Starting in the 1940s, new elements began to be synthesized, thus extending the periodic table beyond the original 92 elements. Soon afterwards, a second period of 32 elements was discovered by the American chemist Glen Seaborg while he was in the process of attempting to synthesize more new elements. Seaborg realized that the elements actinium (Ac), thorium (Th), protactinium (Pa), and uranium(U) did not belong in the places shown in figure 2, but that they formed part of a new 14 element series which became known as the actinides. Now, the case for arranging the elements in a long-form table became more compelling. Seaborg and others began to publish long-form tables such as in figure 4.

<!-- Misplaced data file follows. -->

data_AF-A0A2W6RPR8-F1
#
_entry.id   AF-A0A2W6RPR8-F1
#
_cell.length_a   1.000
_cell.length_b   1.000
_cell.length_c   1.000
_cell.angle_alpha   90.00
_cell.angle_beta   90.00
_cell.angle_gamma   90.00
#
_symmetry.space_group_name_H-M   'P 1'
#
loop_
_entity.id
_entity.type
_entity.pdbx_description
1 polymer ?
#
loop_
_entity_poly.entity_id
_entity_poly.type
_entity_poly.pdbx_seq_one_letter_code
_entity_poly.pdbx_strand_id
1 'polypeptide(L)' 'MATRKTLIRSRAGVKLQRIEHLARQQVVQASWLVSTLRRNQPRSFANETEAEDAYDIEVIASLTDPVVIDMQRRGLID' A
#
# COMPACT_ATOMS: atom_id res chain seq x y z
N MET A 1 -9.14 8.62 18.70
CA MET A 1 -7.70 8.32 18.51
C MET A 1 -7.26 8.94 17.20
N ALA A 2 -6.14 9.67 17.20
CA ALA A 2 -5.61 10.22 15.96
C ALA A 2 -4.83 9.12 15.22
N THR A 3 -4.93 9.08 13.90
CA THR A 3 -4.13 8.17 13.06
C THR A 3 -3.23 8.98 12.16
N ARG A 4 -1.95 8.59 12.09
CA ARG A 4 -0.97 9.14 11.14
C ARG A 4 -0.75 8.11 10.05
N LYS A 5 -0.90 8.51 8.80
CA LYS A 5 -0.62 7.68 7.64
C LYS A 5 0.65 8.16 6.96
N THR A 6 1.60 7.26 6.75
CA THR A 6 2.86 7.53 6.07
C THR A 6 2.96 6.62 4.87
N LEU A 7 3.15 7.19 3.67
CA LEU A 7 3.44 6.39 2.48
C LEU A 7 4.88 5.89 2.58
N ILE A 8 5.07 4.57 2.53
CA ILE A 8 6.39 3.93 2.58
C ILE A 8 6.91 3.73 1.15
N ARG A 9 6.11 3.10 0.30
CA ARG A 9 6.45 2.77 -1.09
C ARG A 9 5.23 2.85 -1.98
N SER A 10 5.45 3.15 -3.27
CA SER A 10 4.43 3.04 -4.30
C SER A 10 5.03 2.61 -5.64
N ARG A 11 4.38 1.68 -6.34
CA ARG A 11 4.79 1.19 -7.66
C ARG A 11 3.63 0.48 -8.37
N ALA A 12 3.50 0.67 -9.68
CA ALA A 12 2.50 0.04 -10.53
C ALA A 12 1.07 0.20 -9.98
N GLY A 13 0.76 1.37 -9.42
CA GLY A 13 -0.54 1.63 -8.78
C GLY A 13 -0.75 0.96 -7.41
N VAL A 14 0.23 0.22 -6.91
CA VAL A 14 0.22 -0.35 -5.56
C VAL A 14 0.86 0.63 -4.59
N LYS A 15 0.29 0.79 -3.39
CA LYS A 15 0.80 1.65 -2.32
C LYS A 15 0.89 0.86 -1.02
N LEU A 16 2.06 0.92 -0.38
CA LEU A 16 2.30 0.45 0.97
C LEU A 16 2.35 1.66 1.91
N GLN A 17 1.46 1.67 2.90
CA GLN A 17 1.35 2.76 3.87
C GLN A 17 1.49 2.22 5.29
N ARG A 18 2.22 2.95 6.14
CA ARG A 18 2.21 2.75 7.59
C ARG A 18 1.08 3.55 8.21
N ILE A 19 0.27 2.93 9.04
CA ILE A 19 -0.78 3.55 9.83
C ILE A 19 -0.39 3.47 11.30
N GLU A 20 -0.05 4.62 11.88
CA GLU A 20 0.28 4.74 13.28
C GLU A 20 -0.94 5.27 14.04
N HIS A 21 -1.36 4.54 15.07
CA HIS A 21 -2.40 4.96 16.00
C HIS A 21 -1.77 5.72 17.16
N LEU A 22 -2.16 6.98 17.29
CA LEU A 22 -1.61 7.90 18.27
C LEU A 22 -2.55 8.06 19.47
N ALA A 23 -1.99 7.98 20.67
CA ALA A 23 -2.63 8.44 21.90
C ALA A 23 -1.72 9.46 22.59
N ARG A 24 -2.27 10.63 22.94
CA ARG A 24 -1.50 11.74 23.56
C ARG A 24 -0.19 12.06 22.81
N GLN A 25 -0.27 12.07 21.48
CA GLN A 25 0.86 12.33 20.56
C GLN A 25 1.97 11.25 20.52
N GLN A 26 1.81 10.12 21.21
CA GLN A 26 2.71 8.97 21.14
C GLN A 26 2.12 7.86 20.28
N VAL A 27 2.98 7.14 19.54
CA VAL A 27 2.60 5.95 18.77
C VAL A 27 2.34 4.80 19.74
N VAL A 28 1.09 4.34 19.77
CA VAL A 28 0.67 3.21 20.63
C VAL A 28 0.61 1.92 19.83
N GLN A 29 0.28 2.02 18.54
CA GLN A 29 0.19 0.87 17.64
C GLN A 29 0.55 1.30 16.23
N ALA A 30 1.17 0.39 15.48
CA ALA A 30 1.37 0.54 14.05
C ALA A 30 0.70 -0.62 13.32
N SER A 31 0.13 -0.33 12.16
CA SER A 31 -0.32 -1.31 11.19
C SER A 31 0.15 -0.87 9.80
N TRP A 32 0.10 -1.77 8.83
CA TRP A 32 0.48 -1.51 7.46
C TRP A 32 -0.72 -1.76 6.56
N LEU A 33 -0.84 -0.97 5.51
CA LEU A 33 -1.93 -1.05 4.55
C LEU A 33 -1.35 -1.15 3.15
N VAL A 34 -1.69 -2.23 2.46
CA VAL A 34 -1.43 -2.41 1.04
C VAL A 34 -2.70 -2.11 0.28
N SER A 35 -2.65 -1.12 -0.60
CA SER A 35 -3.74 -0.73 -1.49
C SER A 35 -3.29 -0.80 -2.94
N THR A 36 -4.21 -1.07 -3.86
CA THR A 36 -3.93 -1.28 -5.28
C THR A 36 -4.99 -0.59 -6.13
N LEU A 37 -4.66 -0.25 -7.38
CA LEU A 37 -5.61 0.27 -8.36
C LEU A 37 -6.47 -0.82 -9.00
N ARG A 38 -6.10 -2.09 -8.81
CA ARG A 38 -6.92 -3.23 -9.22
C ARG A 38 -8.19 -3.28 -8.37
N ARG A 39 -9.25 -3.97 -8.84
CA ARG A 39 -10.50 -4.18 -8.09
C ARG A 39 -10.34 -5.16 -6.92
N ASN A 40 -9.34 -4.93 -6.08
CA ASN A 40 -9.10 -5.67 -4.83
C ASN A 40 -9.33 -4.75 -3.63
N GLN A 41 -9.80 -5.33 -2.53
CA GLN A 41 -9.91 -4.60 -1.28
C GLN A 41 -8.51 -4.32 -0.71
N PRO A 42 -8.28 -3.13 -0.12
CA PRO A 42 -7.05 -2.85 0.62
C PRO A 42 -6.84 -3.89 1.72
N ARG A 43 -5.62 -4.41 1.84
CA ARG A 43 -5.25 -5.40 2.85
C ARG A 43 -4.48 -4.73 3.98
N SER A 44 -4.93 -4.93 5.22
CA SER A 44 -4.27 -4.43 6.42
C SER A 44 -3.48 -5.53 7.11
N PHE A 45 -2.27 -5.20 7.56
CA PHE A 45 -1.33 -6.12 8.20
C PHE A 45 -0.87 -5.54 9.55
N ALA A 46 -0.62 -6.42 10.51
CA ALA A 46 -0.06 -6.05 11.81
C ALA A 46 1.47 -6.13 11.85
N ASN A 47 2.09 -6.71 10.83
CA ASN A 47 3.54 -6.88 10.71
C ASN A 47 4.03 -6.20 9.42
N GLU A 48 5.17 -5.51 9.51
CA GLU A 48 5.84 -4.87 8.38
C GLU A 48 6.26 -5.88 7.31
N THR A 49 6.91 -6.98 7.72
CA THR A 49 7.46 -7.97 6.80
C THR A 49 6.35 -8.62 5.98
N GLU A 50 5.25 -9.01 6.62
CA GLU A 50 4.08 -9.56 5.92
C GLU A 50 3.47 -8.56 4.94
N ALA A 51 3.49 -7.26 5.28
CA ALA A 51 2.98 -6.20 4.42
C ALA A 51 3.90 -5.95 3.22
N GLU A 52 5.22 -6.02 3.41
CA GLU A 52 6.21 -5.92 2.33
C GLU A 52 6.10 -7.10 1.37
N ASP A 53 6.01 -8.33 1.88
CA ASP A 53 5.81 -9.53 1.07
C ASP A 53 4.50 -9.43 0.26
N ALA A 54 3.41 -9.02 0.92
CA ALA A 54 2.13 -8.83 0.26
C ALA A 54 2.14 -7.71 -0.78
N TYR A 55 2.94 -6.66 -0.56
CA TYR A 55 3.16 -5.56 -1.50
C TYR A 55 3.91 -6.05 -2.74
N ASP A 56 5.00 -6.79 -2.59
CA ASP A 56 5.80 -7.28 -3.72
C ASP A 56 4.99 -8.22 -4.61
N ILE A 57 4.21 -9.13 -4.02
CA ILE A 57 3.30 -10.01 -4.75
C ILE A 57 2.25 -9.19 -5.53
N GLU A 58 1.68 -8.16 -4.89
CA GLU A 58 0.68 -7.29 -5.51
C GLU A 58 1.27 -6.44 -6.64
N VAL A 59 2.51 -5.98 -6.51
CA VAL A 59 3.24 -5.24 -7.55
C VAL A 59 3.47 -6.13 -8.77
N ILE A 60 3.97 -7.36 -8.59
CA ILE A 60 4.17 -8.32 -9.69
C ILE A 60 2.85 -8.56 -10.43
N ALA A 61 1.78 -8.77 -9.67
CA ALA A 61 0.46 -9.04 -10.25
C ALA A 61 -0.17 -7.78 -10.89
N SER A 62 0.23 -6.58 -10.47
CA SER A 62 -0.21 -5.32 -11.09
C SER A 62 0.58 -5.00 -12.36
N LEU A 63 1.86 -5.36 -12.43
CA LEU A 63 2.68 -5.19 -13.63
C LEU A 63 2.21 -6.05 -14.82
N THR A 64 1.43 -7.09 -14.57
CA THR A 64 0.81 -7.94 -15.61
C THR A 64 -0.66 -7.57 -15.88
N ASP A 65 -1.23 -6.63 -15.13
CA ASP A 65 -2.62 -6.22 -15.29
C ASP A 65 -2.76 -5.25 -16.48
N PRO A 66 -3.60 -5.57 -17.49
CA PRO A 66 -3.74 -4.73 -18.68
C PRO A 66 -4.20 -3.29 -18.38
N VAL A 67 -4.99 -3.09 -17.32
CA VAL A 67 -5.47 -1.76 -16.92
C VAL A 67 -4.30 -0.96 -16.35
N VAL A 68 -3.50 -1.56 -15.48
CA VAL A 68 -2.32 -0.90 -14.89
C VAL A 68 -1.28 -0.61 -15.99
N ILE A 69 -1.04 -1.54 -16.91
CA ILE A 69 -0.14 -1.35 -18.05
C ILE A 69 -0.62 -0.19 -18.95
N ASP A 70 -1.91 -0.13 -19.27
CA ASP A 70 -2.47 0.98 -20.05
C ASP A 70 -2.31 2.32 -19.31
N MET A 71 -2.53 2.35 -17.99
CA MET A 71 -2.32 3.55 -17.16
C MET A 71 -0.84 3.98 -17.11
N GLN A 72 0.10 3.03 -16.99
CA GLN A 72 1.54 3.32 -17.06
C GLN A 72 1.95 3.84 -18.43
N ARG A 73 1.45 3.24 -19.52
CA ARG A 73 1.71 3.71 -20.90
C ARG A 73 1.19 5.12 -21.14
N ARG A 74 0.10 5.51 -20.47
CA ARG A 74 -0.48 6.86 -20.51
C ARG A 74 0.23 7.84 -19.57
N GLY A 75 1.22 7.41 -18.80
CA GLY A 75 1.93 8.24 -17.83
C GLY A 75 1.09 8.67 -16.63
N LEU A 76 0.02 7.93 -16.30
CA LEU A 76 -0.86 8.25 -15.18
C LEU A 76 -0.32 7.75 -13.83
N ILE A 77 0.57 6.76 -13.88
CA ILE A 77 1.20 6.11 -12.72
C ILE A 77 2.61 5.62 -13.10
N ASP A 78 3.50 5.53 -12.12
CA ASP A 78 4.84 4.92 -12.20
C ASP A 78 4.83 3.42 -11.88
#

Curiously though, such long-form designs are still not the most commonly encountered format of the periodic table in textbooks and wall charts. This is likely because it is not very convenient to represent the periodic table in this more correct form. Such tables stretch a little too far horizontally and so tend to be avoided by designers of periodic tables, even though everyone agrees that they are scientifically more correct. One clear advantage that the long-form table has is that it lists all the elements in sequential order of increasing atomic number whereas the medium-long form displays a couple of anomalous jumps which occur between barium (Ba) and lanthanum (La) and another between radium (Ra) and actinium (Ac).

In any case, whether the medium-long or long-form table was used, there were still several gaps that remained to be filled in the seventh row of the table. As more and more elements were synthesized these gaps were reduced until the last piece in the jig-saw puzzle was filled on 9 April 2010 with the announcement of the discovery of the elusive element 117.